breakout rooms


I've got a question.
In a textbook by OXFORD I've seen this definition of a breakout room: A room in a hotel where people who are having a long meeting can go to relax, have refreshments, talk, etc for a short time.

That contradicts the opinions in the forum that say a breakout room is a room where breakout sessions take place.

I would like a native speaker to help me. I've also searched in google "image of a breakout room" and there appear both: rooms for resting and rooms for working.

Thanks a lot in advance.
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  • entangledbank

    Senior Member
    English - South-East England
    I've only ever known Breakout as that early computer game where you use a paddle and ball to break down coloured walls. Then just in the last few months I've seen it three times in text I've been working on (I've just checked), and it clearly meant a room where you have a break or have time out. It's an office amenity mentioned in the same breath as a kitchen, and it may have a snack machine and sofas. So this appears to be a new BrE usage. The first time I saw it, I thought it must be just an error for break room, but I held off from changing it.

    I have never heard of a 'breakout session' - until now.


    Senior Member
    English, U.S.
    I agree with pob14 that a "breakout room" suggests the place for a small group session as part of a large meeting.
    "Hospitality room" sounds to me like a word used by people in the hotel business,
    but for me as a hotel customer, it would never occur in my active vocabulary.
    Meanwhile, your textbook seems to be suffering confusion with "break room",
    which might exist at any large workplace for the employees to "go to relax, have refreshments, talk, etc. for a short time", during their coffee break.


    Senior Member
    USA, English
    Possibly an AE/BE difference? I've been to plenty of conferences, and nearly all of them have had "breakout sessions."

    We have "break" rooms where employees relax during their coffee breaks and lunch breaks.

    < Off-topic chat removed. Cagey, moderator >
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    Uncle Jack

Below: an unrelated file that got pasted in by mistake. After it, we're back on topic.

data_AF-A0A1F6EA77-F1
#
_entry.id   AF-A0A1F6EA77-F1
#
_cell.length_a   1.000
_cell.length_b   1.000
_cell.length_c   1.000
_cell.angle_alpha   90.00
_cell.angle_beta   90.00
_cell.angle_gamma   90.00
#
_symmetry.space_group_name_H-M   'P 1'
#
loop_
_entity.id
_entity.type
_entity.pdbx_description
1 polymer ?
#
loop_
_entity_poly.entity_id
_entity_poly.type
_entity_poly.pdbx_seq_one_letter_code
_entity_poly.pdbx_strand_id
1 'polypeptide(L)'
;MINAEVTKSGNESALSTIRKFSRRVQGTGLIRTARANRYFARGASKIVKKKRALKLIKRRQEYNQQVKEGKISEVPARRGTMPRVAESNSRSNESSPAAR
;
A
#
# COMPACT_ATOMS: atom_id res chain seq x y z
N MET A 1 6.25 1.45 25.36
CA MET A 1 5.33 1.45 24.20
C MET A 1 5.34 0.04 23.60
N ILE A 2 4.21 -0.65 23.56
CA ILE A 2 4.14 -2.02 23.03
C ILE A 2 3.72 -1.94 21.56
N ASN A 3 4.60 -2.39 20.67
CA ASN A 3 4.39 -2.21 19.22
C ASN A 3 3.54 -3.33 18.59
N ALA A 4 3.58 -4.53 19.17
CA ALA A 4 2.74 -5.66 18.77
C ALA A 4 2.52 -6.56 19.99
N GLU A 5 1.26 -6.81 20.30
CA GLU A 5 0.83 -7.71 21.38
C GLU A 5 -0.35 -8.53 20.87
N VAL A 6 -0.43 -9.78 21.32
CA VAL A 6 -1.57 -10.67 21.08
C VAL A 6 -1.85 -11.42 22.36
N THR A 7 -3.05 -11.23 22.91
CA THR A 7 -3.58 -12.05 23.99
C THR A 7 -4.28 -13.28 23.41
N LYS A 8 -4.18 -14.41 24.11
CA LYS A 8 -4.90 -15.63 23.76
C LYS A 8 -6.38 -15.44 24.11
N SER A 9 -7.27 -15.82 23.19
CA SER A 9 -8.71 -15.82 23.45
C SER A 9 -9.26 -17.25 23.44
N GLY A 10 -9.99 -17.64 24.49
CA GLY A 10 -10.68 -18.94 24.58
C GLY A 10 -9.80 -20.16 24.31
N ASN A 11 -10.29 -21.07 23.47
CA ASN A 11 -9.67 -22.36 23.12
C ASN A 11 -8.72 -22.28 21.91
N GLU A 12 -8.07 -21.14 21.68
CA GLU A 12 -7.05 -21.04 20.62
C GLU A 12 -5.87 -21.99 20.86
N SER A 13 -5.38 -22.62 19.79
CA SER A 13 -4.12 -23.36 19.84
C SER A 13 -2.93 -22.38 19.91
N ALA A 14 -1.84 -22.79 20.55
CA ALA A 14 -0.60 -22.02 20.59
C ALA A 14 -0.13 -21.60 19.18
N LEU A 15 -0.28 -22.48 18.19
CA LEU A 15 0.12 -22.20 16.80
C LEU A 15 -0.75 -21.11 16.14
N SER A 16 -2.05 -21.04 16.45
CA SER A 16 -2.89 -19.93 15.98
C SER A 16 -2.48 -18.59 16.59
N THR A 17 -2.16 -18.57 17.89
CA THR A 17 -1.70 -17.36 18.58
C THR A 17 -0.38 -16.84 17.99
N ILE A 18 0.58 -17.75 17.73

Senior Member
    British English
    My boss (a Brit, but he has spent a long time working in the US, and we work for a US company) has insisted we convert one of the offices into a "breakout room", by which he clearly means "A room [...] where people who are having a long meeting can go to relax, have refreshments, talk, etc for a short time." The room in question is next door to our main meeting/training room.

    "Breakout room" is definitely the term he uses. None of the rest of us have any idea what it will mean in reality since, having removed almost all the furniture about three months ago, nothing has happened since. However, I understand that as well as some seating he wants to include a small kitchen area (because the existing kitchen area, about four metres away, is doubtless too far to walk). I was rather hoping for a pool table, myself. :)


    Senior Member
    English - U.S.
    Breakout seasion is definitely standard conference terminology in the U.S. I've never heard of breakout room. Since most conferences are in hotels and conference centers, the places where the breakout sessions happen are usually smaller meeting rooms provided by the venue. There's nothing inherently different about them except their size compared to the main conference hall. The hotel will have permanent names for them that are used to find them and those room names will be in the conference program. But if they are called breakout rooms then it's just for as long as that conference lasts. At the following conference they might feature displays of kitchen accessories or a seminar on a medical topic, just depending on what kind of conference it is. At some conferencs the sponsors provide a hospitality room or even a hospitality suite upstairs in the hotel, for attendees to relax in.